The Month in Pennsylvania Workers' Compensation: March 2014 At-A-Glance
Mitchell I. Golding, Esq. on 4/16/2014
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Kennedy, Campbell, Lipski & Dochney
Pennsylvania law and Section 319 of the Act applied to the Employer's right to subrogation where the Claimant was a Pennsylvania resident and received workers compensation, including moneys paid pursuant to a subsequent Compromise and Release Agreement entered into pursuant to the Pa. WC Act, although the Claimant's motor vehicle accident occurred in Delaware and the Claimant's third party action was litigated in Delaware.
Pennsylvania was the state with the most significant contacts to the workers' compensation claim because it was the state that regulated the Employer's insurance policy under which the Employer made workers' compensation payments pursuant the Pa. Act.
This is consistent with case law that states in choice of law cases where a claimant has received workers' compensation, the most significant, and likely determinative contact is the WC law the parties utilized.
Although the motor vehicle accident occurred in Delaware, the underlying controversy was not about the motor vehicle accident itself but, rather, the dispute was over the nature of Employer's right to recapture the WC monies it paid to Claimant under the Pa. Act.
Claimant choose to avail herself of the Act, Employer has paid her benefits pursuant to the Act, and up until this point all of the litigation concerning Claimant's receipt of WC benefits has been in Pennsylvania and pursuant to the Act.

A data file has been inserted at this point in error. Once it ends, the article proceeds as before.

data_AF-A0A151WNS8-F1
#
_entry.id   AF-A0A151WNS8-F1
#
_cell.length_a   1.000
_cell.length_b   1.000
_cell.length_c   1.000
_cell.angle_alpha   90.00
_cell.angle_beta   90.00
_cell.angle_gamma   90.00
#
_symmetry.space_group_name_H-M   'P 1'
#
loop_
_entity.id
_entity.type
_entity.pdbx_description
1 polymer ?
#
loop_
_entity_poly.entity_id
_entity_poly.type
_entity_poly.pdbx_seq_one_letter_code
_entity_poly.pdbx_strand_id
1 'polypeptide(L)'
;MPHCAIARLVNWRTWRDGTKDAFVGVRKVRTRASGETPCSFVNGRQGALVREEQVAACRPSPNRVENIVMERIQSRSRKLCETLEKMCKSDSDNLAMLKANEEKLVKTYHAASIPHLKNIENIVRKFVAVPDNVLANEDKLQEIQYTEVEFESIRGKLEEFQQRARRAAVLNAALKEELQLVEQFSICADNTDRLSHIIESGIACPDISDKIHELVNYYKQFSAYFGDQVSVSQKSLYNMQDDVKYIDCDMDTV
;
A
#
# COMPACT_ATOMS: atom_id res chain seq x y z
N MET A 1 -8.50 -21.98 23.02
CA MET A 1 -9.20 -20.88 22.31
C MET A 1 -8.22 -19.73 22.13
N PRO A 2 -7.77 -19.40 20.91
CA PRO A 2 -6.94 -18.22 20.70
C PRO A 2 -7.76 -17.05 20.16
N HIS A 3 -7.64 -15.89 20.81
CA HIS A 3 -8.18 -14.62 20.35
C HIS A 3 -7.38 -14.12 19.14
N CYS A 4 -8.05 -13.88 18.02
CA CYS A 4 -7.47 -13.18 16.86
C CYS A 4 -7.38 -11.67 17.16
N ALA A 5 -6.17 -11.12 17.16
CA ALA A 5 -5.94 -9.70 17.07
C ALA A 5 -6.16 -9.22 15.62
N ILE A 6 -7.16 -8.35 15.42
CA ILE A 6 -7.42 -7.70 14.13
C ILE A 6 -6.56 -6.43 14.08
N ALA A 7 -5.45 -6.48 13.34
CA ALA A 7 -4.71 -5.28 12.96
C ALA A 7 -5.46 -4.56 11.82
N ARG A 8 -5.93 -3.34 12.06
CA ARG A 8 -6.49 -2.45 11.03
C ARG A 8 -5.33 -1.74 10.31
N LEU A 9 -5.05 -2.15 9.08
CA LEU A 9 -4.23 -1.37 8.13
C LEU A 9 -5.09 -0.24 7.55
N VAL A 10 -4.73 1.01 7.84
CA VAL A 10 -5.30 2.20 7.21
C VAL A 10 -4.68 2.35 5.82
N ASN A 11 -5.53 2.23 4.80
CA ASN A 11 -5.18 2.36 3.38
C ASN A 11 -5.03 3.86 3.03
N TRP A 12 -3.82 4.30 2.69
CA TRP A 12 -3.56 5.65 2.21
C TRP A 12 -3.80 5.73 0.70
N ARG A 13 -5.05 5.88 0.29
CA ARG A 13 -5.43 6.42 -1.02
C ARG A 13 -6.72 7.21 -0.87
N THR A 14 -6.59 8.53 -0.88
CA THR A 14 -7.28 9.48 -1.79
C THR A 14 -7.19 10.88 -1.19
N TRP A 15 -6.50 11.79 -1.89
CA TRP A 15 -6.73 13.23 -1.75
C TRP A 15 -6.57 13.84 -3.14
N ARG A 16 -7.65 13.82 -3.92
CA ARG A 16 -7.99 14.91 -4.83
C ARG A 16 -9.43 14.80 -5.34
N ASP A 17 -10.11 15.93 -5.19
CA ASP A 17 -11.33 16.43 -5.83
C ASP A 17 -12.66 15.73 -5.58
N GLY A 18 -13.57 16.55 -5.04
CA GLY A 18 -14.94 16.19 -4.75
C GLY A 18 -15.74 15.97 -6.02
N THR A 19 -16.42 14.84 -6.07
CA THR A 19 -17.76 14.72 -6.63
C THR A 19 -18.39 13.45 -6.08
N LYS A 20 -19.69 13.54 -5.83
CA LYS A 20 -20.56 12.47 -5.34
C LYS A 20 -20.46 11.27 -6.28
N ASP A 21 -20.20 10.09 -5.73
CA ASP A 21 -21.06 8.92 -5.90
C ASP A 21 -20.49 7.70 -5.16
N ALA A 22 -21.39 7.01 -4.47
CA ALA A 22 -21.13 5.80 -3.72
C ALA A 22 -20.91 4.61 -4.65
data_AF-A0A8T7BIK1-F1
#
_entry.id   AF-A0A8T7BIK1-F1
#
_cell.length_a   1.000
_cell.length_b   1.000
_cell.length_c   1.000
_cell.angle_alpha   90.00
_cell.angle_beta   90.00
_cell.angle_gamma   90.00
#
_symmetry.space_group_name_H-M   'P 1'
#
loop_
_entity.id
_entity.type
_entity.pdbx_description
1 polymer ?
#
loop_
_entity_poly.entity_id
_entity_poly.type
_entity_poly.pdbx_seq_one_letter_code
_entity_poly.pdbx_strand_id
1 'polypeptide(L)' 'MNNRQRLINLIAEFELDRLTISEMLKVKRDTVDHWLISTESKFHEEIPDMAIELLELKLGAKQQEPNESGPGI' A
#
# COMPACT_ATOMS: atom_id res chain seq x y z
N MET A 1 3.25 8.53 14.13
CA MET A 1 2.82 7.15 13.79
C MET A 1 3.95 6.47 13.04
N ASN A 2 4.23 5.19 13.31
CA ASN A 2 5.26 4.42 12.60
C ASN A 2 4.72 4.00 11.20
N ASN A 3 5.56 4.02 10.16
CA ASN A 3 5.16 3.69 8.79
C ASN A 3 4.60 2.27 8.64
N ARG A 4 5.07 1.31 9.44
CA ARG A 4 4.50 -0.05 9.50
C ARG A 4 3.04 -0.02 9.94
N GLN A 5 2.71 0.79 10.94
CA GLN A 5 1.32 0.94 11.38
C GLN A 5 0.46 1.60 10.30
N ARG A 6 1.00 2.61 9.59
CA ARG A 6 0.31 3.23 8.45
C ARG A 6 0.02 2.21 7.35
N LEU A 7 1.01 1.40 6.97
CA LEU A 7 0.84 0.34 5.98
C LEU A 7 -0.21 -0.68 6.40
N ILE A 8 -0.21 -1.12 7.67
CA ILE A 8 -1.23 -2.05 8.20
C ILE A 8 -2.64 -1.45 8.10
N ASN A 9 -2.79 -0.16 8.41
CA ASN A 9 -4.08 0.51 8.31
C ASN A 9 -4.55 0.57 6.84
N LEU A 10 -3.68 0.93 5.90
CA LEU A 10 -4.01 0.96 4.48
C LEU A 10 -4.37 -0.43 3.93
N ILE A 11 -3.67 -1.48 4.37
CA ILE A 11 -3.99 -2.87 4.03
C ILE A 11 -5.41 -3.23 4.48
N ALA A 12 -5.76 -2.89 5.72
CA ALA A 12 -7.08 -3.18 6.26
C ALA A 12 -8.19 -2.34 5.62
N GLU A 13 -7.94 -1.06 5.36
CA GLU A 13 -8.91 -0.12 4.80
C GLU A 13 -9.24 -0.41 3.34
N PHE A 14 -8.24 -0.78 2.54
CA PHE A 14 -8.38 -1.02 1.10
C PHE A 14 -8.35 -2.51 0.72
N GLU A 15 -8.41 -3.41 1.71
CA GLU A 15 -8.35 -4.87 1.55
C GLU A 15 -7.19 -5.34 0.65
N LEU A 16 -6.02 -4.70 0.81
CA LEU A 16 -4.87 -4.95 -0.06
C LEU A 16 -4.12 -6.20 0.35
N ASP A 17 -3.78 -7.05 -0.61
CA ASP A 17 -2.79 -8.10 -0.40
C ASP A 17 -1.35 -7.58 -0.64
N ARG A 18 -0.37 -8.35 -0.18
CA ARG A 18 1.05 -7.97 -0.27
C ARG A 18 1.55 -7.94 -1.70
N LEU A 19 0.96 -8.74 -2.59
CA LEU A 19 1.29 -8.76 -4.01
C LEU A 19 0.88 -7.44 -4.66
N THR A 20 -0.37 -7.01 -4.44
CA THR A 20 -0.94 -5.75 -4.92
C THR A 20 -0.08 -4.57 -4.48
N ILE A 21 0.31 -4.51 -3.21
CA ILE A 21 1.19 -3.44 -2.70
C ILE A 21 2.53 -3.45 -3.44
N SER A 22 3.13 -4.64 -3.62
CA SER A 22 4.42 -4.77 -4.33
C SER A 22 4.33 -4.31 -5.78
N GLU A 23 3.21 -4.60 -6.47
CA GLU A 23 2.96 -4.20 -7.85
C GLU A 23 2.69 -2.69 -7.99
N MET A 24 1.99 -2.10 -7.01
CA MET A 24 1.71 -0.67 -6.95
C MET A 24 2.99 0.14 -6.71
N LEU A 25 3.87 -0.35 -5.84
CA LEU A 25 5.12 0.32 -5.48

In the context of a subrogation lien, the burden is on claimant to demonstrate that alleged medical payments were not for care rendered to claimant for the work injury where employer, upon asserting its subrogation lien, includes payments it asserts were for medical bills for care rendered to claimant for the work injury.
An employer's list of payments, which sets forth each payment in detail as to date paid; payee name; amount paid; and type of payment, such as attorney's fees, ambulance fees, hospital bills, physical therapy bills, etc., constitutes such relevant evidence as a reasonable person might accept as adequate to support the conclusion, i.e., substantial evidence, that employer paid these amounts in association with claimant's WC claim.
Pursuant to the plain language of Section 319, subrogation is automatic and by its terms, admits no express exceptions, equitable or otherwise. Generally, the right to subrogation is statutorily absolute and can be abrogated only by choice. To establish its right to subrogation, the employer must demonstrate that it was compelled to make payments due to the negligence of a third party and that the fund against which the employer seeks subrogation was for the same injury for which the employer is liable under the Act.
Thus, if Employer has satisfied its burden of proving its entitlement to subrogation and the amount of its lien, equity will not act to limit those rights.